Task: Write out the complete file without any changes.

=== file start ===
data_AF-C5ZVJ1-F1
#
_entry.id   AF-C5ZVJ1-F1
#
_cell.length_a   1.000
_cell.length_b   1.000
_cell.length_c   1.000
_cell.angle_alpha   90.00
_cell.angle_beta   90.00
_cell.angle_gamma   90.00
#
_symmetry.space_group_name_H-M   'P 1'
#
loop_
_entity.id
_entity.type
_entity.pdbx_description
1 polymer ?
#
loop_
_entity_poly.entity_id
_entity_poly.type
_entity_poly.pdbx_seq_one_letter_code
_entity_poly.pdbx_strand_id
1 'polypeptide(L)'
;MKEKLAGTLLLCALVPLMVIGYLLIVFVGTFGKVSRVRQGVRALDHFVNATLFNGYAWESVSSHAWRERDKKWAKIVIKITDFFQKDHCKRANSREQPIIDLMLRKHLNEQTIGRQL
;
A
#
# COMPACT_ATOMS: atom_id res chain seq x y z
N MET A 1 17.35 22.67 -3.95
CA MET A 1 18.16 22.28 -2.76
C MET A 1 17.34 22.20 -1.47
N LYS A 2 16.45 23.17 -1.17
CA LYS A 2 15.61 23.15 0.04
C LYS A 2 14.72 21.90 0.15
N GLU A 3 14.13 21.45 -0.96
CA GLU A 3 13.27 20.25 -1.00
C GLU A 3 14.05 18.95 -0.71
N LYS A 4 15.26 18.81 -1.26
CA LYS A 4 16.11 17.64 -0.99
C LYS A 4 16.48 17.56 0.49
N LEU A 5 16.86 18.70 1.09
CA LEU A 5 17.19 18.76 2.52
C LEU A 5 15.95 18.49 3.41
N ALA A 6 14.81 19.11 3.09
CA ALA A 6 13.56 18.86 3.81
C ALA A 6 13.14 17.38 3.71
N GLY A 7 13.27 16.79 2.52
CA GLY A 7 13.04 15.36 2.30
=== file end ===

data_AF-C5ZVJ1-F1
#
_entry.id   AF-C5ZVJ1-F1
#
_cell.length_a   1.000
_cell.length_b   1.000
_cell.length_c   1.000
_cell.angle_alpha   90.00
_cell.angle_beta   90.00
_cell.angle_gamma   90.00
#
_symmetry.space_group_name_H-M   'P 1'
#
loop_
_entity.id
_entity.type
_entity.pdbx_description
1 polymer ?
#
loop_
_entity_poly.entity_id
_entity_poly.type
_entity_poly.pdbx_seq_one_letter_code
_entity_poly.pdbx_strand_id
1 'polypeptide(L)'
;MKEKLAGTLLLCALVPLMVIGYLLIVFVGTFGKVSRVRQGVRALDHFVNATLFNGYAWESVSSHAWRERDKKWAKIVIKITDFFQKDHCKRANSREQPIIDLMLRKHLNEQTIGRQL
;
A
#
# COMPACT_ATOMS: atom_id res chain seq x y z
N MET A 1 17.35 22.67 -3.95
CA MET A 1 18.16 22.28 -2.76
C MET A 1 17.34 22.20 -1.47
N LYS A 2 16.45 23.17 -1.17
CA LYS A 2 15.61 23.15 0.04
C LYS A 2 14.72 21.90 0.15
N GLU A 3 14.13 21.45 -0.96
CA GLU A 3 13.27 20.25 -1.00
C GLU A 3 14.05 18.95 -0.71
N LYS A 4 15.26 18.81 -1.26
CA LYS A 4 16.11 17.64 -0.99
C LYS A 4 16.48 17.56 0.49
N LEU A 5 16.86 18.70 1.09
CA LEU A 5 17.19 18.76 2.52
C LEU A 5 15.95 18.49 3.41
N ALA A 6 14.81 19.11 3.09
CA ALA A 6 13.56 18.86 3.81
C ALA A 6 13.14 17.38 3.71
N GLY A 7 13.27 16.79 2.52
CA GLY A 7 13.04 15.36 2.30